AUBURN UNIVERSITY, Ala.—When picking up a peach from the store, consumers often don’t think about the intricate growth process fruit endures to be store ready. Peach farmers know the importance of nurturing and monitoring the peach growing process. The most important part of a peach’s growth are chill hours. These hours serve as the make or break point for tasty, store quality peaches.
A chill hour is the exposure the peach or fruit has to chilling temperatures by hour. According to Alabama Extension specialist Edgar Vinson, peaches and other temperate fruits are required to meet a certain number of chill hours. This allows the fruit to break dormancy in the spring when temperatures are warm.
“It’s like an internal clock that lets the plant know that warm weather in on the way,” Vinson said. “It will soon be time to bloom and produce leaves.”
Peach varieties have different chill hour requirements. Some require as few as 50 chill hours, while others need as many as 1,400 chill hours. However, the number of hours each peach requires is dependent on the specific variety.
“The early season variety ‘June Gold’ requires 650 chill hours, whereas the ‘Contender’ requires 1,050 chill hours,” Vinson said.
In the Southeast, chilling measurements begin Oct. 1 and end on Feb. 15 the following year, depending on the region. Chill hours are traditionally measured using the Weinberger model. This model measures chilling at 45 degrees Fahrenheit and below. However, the modified Weinberger measures chilling between 32°F and 45°F. Another model, the Dynamic model, measures chilling in terms of chill portions where the optimum chill occurs at 43°F. As temperatures rise above or fall below 43 degrees, chilling accumulation becomes less efficient according to this model. It also shows that chilling can be lost as a result of exposure to warm temperatures in the winter.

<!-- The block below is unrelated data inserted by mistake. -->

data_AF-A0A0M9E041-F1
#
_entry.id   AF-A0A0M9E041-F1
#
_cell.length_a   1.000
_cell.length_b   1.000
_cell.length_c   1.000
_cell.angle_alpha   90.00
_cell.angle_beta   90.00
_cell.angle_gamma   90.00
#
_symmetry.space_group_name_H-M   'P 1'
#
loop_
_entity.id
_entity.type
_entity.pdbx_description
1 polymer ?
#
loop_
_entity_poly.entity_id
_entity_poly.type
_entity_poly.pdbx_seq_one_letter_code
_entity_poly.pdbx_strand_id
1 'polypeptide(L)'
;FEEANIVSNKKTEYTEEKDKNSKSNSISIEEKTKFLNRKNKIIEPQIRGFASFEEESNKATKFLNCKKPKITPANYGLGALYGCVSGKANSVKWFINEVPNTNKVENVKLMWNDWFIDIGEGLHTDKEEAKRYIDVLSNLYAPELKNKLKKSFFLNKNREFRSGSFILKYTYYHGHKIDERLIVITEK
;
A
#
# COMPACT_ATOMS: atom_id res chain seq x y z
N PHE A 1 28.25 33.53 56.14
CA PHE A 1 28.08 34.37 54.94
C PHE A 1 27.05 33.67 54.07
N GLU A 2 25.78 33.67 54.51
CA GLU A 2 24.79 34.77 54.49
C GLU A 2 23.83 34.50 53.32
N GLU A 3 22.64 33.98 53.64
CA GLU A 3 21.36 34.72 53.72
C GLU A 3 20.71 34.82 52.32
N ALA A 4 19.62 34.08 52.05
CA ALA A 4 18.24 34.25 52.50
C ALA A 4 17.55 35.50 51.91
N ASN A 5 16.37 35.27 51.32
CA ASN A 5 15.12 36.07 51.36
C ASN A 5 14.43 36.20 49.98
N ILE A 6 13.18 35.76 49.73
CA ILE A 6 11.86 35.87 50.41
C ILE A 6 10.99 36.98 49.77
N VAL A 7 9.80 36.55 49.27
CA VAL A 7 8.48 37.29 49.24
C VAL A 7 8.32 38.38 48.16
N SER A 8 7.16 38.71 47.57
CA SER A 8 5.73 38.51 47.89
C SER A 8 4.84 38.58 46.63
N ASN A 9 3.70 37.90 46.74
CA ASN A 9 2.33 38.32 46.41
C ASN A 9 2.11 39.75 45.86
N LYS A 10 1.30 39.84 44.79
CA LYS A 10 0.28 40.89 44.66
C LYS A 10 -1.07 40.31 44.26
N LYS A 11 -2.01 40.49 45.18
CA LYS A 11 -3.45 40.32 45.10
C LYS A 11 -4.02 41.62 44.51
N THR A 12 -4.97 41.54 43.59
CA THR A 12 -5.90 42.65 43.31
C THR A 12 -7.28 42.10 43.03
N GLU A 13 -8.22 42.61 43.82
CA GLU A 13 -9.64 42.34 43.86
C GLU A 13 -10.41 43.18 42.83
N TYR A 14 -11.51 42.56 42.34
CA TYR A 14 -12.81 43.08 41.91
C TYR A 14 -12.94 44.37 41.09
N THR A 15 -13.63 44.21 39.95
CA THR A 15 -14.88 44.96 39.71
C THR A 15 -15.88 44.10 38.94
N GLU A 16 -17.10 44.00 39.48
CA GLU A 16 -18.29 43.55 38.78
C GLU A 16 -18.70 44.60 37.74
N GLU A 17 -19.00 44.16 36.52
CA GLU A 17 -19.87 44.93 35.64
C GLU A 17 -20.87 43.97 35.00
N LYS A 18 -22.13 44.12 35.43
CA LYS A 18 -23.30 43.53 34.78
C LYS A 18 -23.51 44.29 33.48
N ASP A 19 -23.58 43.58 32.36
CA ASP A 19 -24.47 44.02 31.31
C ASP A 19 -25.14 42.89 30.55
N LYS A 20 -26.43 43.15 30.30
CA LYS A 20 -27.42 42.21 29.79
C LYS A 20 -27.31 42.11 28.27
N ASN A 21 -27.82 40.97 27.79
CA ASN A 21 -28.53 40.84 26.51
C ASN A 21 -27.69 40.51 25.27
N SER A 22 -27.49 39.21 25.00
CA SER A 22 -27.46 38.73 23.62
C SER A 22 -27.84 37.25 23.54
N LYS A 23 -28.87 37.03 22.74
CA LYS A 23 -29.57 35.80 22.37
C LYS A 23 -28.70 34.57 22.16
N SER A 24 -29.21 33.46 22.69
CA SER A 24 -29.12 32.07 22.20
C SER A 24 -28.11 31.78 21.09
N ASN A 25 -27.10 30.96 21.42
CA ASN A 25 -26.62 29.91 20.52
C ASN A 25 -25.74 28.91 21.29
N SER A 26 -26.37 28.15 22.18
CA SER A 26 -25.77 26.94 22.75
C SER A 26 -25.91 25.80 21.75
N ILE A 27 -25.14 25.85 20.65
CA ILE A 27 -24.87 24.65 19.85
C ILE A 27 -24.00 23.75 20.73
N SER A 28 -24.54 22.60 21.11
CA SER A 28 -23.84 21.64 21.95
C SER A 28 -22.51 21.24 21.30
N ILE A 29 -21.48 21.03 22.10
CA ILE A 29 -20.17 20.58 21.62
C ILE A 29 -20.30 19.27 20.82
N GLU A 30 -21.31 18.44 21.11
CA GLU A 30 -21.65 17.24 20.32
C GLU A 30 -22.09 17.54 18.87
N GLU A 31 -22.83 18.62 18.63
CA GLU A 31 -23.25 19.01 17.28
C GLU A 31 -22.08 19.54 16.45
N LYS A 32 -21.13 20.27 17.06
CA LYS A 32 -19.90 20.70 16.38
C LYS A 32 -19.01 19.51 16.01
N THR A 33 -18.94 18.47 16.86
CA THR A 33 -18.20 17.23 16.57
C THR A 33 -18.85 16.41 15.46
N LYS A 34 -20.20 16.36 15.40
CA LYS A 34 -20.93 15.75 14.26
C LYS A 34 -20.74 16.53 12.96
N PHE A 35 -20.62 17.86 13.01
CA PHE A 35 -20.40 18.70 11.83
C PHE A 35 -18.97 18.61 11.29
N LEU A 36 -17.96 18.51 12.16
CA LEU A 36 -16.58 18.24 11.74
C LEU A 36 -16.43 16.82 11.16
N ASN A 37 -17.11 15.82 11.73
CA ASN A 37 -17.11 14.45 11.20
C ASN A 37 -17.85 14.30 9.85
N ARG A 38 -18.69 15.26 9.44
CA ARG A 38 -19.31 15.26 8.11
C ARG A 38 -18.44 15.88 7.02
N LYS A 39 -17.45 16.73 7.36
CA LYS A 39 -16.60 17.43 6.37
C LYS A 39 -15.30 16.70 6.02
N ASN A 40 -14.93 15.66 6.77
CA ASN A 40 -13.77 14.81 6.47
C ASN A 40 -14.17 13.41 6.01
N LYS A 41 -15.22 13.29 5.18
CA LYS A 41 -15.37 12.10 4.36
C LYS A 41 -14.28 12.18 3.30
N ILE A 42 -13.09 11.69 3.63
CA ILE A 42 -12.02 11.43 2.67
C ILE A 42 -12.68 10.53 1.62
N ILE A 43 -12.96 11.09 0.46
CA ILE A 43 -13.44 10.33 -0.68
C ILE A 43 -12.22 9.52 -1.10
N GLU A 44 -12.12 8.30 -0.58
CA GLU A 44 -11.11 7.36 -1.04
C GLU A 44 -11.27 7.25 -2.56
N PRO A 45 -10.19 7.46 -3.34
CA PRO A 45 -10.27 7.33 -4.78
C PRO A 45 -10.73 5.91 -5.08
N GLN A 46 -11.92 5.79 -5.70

If peach trees receive an excess number of chill hours, the buds will bloom too early. This will then make the blooms vulnerable to late season frosts.
Complex issues occur when peaches receive too few chill hours. If chill hours are deficient, it will delay the bloom period causing a protracted harvest season. The marketability of the fruit will substantially diminish with too few chill hours. While there are a few solutions to inadequate chill hours, they cannot have the same effect as the chill hours themselves.
Solutions to Inadequate Chill Hours
It is important to first research the amount of chilling your area historically receives if you are growing peaches.
“It is not advisable to plant a tree that requires 1,050 chill hours when your area historically only receives 650,” Vinson said.
If there comes a late season frost and the peaches received too many chill hours, simply delay pruning. Pruning invigorates the trees to help stimulate bud break in the case of low chill accumulation.
If there are too few hours, some farmers will use rest breaking chemicals to stimulate bud break. The efficiency of these chemicals relies on weather conditions and the degree to which the tree is deficient in chilling.
“Research is still being conducted to determine optimal methods of applying these chemicals,” Vinson said.
For more information on peach chill hours, visit the Alabama Extension website, www.aces.edu.